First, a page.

BELLAIRE, Texas - The jury is still deliberating the fate of Antonio (AJ) Armstrong Jr. who’s charged with murdering his parents in 2016.
Jurors have deliberated for about six hours Tuesday, four hours Monday, and they still haven’t reached a verdict.
On Monday, the jury asked to see the note left in the kitchen, which read ‘We’ve been watching you' that was left at the Armstrong home next to the gun used to kill Antonio Sr. and Dawn Armstrong.
This was a retrial for Armstrong, whose first capital murder trial ended in a hung jury back in 2019.
Armstrong was accused of killing his parents – former NFL linebacker Antonio Armstrong Sr. and Dawn Armstrong – when he was 16 years old.
During closing arguments, prosecutor Ryan Trask called the case "a parents' worst nightmare to come to the realization that the person you brought into this world would end your life."
Hours into deliberations today jurors in the Capital Murder trial for Antonio Armstrong Jr. asked for a list of witnesses in the order they testified and they wanted transcripts from the home alarm expert, and three Houston Police Officers.
What is some of the evidence, testimony and arguments jurors have to consider?
"There’s premeditation in this case. This defendant especially at a young age is extremely deceptive and his mother had started to figure him out," Prosecutor Ryan Trask told jurors during Closing Arguments.
Prosecutors say Antonio Jr. shot his parents to death as they slept in July 2016, after they say he first tried setting the house on fire two days earlier. "Do you remember who he blamed for that fire? He blamed his sister. Just like in the text messages with his mom, he blamed Kate (his girlfriend) for getting him in trouble. Just like he blames his brother for killing his parents," says Trask.
Defense attorneys are blaming AJ’s older brother Josh who suffers mental illness. Josh Armstrong was 19 years old at the time and lived in his own apartment down the street from his parents and two younger siblings.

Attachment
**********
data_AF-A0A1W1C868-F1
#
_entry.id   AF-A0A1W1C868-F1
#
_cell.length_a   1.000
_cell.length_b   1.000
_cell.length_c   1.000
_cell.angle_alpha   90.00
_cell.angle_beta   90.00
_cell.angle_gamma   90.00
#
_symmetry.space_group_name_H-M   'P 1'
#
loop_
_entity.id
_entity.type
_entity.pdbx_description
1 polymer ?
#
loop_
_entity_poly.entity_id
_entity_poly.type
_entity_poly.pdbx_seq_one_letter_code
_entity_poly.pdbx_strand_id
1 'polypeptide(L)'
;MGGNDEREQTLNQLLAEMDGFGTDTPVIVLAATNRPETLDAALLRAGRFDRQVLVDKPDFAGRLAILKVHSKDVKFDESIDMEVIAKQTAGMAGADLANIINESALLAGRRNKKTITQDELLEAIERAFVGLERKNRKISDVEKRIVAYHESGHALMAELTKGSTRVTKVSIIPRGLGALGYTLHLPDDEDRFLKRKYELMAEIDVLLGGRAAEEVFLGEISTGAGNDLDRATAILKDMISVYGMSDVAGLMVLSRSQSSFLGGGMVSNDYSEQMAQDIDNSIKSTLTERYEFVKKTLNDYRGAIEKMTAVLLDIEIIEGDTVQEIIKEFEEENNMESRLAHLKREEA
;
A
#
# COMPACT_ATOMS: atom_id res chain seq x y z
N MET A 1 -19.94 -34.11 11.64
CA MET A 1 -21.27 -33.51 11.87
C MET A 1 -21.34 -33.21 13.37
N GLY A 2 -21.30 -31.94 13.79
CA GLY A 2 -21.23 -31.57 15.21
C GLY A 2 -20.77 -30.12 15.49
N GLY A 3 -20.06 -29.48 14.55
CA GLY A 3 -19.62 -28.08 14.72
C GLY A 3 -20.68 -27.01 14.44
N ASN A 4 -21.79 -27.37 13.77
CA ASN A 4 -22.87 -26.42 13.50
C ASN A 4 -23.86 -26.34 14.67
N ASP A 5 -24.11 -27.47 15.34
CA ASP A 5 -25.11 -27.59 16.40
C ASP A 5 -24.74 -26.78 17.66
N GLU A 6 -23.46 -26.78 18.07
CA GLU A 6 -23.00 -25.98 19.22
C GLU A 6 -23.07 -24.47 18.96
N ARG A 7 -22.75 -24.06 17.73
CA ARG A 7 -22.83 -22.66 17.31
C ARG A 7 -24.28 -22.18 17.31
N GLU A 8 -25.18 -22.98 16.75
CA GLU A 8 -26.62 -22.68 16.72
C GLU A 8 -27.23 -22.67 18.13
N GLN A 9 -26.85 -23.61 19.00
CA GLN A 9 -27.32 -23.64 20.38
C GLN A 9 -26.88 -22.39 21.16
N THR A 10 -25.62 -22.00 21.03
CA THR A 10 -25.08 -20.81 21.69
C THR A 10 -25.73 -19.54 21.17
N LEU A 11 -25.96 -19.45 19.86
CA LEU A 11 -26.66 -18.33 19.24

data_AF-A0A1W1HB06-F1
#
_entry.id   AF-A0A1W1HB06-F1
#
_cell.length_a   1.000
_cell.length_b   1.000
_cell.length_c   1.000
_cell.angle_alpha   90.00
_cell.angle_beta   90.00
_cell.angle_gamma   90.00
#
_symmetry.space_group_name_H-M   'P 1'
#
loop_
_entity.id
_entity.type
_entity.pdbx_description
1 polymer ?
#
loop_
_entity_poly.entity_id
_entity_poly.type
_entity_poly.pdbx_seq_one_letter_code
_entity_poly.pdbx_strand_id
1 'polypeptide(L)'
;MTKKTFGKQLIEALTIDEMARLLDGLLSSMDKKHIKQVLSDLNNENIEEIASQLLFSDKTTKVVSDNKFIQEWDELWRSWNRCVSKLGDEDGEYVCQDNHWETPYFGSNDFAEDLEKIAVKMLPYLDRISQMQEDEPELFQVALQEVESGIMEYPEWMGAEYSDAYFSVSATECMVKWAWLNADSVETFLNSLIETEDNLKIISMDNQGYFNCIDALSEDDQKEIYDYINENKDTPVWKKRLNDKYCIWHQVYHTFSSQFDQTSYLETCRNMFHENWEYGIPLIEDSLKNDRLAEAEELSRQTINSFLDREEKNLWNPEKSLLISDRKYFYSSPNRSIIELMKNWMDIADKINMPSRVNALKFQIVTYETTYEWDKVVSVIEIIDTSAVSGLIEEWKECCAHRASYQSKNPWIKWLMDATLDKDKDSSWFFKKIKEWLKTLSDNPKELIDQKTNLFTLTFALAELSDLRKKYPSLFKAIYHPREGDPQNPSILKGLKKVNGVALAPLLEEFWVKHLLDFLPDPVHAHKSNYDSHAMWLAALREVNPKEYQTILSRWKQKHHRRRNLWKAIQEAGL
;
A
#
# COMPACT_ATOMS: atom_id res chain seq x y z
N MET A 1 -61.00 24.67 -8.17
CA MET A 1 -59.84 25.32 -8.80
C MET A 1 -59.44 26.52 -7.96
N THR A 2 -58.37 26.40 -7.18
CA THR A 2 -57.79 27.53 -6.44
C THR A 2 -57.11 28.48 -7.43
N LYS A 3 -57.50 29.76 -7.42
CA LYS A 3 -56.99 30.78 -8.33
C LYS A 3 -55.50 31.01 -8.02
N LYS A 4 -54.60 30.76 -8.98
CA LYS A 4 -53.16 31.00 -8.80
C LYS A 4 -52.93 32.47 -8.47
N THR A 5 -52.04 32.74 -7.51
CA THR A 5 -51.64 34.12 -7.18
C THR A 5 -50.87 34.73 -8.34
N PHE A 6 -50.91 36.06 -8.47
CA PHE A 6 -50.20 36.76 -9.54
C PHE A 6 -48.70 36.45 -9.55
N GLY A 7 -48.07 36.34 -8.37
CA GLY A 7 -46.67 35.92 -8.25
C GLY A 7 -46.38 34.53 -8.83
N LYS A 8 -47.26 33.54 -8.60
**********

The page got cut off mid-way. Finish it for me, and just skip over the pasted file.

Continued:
During Antonio Jr's 16 minute 911 call Antonio Jr only said he heard gunshots in his parents room on the second floor of the house, near his sister’s bedroom. AJ’s room was on the third floor. Prosecutors told jurors there’s no way AJ would have been able to pinpoint which room the shots were fired in and they reminded jurors it was five hours later when Antonio Jr. told investigators he saw a masked man in their home.
"It was like a mask like you could only see the eyes and the mouth, but he looked like a Black guy, but I’m not 100% positive," AJ could be heard saying on the police interrogation recording.
Antonio Jr. also told the 911 dispatcher he heard a high-pitched sound in his ears.
"This one statement is a confession. There’s only one reason why you would have a high pitch in your ears is because you just fired a firearm inside a home," says Prosecutor John Jordan.
"They have to create a story and try to get you to believe their story of what happened," says Defense Attorney Chris Collings.
The defense told jurors in Monday's Closing Arguments the case is full of reasonable doubt.
"Do you have a doubt? Are you sure? We talked about it earlier. Are you going to be home the next day drinking coffee and say, ‘man, I’m not sure about this,’" Defense Attorney Rick Detoto told the jury.
Antonio Jr. admits he fired the murder weapon days before the murders, shooting through a pillow and comforter, leaving a bullet hole in his bedroom floor.
Investigators say the home alarm was set and all the doors and windows were locked when they arrived after the Armstrongs were shot. The only other person home was AJ’s 12-year-old sister Kayra Armstrong. Defense attorneys say the alarm system is flawed.
As of Tuesday evening, the jurors were still deliberating and would continue until 6 p.m.